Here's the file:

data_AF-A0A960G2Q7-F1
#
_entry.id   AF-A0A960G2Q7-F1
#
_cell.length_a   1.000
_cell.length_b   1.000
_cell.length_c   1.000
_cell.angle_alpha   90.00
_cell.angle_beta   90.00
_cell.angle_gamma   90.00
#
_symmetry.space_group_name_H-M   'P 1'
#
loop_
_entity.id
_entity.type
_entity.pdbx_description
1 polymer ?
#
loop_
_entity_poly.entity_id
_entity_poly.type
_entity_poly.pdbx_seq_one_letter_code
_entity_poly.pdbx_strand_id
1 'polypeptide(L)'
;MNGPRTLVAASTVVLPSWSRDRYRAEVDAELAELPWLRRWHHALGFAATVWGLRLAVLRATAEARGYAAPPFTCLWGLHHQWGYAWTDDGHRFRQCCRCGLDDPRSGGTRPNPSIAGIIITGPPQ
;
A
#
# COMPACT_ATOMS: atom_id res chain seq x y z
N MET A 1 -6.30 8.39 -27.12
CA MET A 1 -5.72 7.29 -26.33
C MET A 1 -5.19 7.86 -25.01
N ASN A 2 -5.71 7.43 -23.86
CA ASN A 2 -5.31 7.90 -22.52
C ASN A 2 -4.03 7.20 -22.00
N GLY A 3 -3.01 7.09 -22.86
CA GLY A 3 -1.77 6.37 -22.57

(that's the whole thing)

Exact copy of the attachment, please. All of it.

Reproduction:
data_AF-A0A960G2Q7-F1
#
_entry.id   AF-A0A960G2Q7-F1
#
_cell.length_a   1.000
_cell.length_b   1.000
_cell.length_c   1.000
_cell.angle_alpha   90.00
_cell.angle_beta   90.00
_cell.angle_gamma   90.00
#
_symmetry.space_group_name_H-M   'P 1'
#
loop_
_entity.id
_entity.type
_entity.pdbx_description
1 polymer ?
#
loop_
_entity_poly.entity_id
_entity_poly.type
_entity_poly.pdbx_seq_one_letter_code
_entity_poly.pdbx_strand_id
1 'polypeptide(L)'
;MNGPRTLVAASTVVLPSWSRDRYRAEVDAELAELPWLRRWHHALGFAATVWGLRLAVLRATAEARGYAAPPFTCLWGLHHQWGYAWTDDGHRFRQCCRCGLDDPRSGGTRPNPSIAGIIITGPPQ
;
A
#
# COMPACT_ATOMS: atom_id res chain seq x y z
N MET A 1 -6.30 8.39 -27.12
CA MET A 1 -5.72 7.29 -26.33
C MET A 1 -5.19 7.86 -25.01
N ASN A 2 -5.71 7.43 -23.86
CA ASN A 2 -5.31 7.90 -22.52
C ASN A 2 -4.03 7.20 -22.00
N GLY A 3 -3.01 7.09 -22.86
CA GLY A 3 -1.77 6.37 -22.57